Saturday January 20

  • 2 pm, Speech Contest Orientation
  • 5 pm, Book Club Discussion
  • 6:30 pm, Book Club Drawing

It was the Tony Docan-Morgan Show, as he led both the speech contest orientation, then the Book Club discussion. And before that, he held two 1:1 feedback sessions with TNKR coaches already in the program. We are really thankful to have him as part of TNKR, adding structure and expertise to what we are doing.

Sunday January 21

  • 2 pm Longest Matching session in TNKR history

TNKR Academic Coordinator Janice Kim and TNKR National Director Eunkoo Lee combined to lead the longest and biggest Matching session in TNKR history.

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Tony Docan-Morgan, TNKR Senior Fellow and a professor teaching communication studies at the University of Wisconsin-La Crosse, led an orientation for speech coach applicants willing to help North Korean refugees prepare for TNKR’s 7th English speech contest. Refugees were thrilled to know how many people were applying to coach them for the speech contest.




The TNKR Book Club discussion got off to a fantastic start!

  • TNKR Senior Fellow Tony Docan-Morgan dissected Sungju Lee’s book “Every Falling Star” and shared a study guide with attendees.
  • Author Sungju Lee showed up at the last minute. It was quite a treat to have him join the discussion. You never know who will show up at TNKR events.
  • We chose two monthly winners who will receive signed copies of books written by North Korean refugee authors.
  • The second Book Club discussion will probably be held on February 10.



Congrats to Kaylin Womack and Oliver Brown for winning books by North Korean refugees. Monthly donors are eligible.

Prof. Tony Docan-Morgan draws the winning names of the monthly book club drawing.


Getting prepared for one of the feedback sessions about TNKR’s Track 2 (public speaking) project.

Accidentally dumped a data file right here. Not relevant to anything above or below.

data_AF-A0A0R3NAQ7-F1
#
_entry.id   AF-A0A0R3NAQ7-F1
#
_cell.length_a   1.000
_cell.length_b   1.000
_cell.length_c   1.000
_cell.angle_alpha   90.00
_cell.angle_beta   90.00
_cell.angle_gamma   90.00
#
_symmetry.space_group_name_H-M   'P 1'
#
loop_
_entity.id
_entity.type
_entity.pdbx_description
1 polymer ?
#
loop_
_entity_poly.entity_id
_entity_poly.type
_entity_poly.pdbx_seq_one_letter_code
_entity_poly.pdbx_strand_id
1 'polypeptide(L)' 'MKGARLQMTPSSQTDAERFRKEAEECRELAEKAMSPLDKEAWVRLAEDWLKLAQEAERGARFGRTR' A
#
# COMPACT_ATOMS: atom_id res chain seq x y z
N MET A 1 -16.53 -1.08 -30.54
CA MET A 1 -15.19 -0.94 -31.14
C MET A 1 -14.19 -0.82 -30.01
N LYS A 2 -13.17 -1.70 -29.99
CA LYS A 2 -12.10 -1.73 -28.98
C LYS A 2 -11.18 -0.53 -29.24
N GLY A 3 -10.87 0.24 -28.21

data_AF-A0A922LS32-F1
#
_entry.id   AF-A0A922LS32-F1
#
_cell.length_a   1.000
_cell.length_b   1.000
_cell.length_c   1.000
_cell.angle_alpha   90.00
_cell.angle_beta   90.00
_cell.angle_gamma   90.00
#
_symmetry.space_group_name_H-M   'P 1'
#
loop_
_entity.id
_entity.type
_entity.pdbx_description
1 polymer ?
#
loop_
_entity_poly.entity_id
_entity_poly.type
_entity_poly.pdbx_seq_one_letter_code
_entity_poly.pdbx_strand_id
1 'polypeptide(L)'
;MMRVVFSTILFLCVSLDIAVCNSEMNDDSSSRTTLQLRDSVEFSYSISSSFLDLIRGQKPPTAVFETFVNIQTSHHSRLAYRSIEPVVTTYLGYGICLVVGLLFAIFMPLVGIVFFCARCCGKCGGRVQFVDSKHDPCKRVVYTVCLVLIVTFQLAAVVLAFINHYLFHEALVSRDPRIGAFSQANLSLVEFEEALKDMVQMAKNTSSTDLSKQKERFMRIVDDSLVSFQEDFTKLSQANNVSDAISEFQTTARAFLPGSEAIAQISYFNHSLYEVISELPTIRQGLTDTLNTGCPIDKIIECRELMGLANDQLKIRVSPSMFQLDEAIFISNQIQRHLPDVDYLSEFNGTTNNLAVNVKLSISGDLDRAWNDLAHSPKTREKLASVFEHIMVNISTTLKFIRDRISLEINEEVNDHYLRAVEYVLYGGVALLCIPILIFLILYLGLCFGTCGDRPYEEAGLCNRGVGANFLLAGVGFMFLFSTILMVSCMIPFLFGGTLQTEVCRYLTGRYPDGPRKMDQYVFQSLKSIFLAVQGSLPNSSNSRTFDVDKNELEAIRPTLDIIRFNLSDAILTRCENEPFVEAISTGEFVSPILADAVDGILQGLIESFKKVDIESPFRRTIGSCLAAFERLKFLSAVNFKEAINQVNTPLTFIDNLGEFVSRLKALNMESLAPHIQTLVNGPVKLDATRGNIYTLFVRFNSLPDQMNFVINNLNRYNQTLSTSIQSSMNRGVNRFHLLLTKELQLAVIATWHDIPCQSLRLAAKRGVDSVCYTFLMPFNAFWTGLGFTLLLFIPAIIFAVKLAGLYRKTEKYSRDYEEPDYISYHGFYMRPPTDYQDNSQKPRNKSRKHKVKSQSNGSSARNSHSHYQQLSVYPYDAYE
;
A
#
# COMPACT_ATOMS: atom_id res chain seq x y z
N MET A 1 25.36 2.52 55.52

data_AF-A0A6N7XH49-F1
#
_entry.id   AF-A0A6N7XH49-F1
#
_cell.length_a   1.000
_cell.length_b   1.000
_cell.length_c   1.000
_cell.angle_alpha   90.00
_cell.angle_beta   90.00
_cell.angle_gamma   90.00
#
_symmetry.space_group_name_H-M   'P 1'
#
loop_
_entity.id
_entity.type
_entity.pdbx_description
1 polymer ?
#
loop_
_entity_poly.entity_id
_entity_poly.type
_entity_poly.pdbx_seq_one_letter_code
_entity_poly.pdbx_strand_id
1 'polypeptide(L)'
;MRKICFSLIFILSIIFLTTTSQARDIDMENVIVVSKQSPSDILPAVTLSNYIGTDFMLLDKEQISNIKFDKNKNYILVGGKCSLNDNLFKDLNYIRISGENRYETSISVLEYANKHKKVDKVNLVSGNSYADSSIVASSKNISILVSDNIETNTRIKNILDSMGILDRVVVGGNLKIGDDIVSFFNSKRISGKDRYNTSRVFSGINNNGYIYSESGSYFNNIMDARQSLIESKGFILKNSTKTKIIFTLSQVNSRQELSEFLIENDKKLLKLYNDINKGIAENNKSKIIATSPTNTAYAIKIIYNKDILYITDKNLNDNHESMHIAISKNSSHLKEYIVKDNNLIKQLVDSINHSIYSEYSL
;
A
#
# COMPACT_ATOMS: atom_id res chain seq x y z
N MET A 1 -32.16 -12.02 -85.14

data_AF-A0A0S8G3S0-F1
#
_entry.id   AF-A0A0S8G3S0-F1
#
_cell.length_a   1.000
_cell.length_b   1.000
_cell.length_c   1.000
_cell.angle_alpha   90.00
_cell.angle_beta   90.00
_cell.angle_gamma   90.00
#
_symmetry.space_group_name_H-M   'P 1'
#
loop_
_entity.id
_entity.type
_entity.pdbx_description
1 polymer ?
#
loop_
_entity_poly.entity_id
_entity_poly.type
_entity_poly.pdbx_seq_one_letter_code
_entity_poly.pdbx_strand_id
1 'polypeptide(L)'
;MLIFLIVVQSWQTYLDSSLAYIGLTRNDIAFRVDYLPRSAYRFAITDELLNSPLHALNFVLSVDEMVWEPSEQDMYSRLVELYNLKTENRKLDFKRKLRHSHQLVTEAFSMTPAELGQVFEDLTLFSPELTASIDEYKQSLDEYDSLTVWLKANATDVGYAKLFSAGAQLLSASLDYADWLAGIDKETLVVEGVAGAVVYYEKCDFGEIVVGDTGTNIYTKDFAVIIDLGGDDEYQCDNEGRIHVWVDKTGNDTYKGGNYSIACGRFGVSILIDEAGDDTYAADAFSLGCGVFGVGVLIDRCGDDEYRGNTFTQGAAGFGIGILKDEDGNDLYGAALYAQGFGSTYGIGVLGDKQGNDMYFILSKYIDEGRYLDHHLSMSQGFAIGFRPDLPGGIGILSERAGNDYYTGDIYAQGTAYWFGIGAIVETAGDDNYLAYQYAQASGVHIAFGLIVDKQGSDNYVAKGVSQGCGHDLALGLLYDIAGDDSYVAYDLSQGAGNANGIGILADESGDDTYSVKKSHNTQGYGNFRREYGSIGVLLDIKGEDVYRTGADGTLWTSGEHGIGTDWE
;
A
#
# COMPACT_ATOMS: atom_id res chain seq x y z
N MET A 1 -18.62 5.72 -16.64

On Sunday, TNKR had its largest matching session in history: 13 refugees, 21 tutors, 5 staff. Everyone seemed to be understanding about our lack of space. Everyone sat on the floor, like we were back in elementary school.

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Our Matching sessions start at 2 pm. The first refugee to arrive was knocking on our door at 10:01 a.m. Yes, 4 hours before the session began. This is because refugees choose based on when they arrive to the session.



We had 21 volunteers join the last matching session. Reporters almost always ask me where the volunteers are from:

  • 14 USA
  • 2 Russia
  • 1 South Korea
  • 1 France
  • 1 Belgium
  • 1 England
  • 1 Canada

The volunteers even said they would help TNKR engage in fundraising.

8 Crowd-funding
8 Ask family or friends
3 Organize an event
1 Make an appeal to possible donors
1 A fundraiser at a bar or restaurant, Run a marathon or another activity seeking sponsors

We can only have this large of a session because of the teamwork between TNKR Academic Coordinator Janice Kim recruiting and managing the application process and TNKR National Director Eunkoo Lee getting refugees prepared for the session.

TNKR Academic Coordinator Janice Kim.



13 refugees selected a total of 48 tutors, meaning they selected an average of 3.7 tutors.

21 tutors were selected a total of 48 times, meaning they were chosen by an average of 2.3 refugees.

One refugee chose 6 tutors

Two refugees selected 5 tutors each

Four refugees selected 4 tutors each

Three refugees selected 4 tutors each

Two refugees selected 2 tutors each.


This was our largest group in history. We communicate with the refugees through Kakao–meaning that my iPad has been on fire the last few days.


Before sessions start, we prohibit tutors from talking to refugees. In the past, we had a couple of friendly guys trying to chit-chat with refugees, thereby distorting the selection process. This volunteer came prepared with her sunglasses, to avoid making eye contact with anyone.






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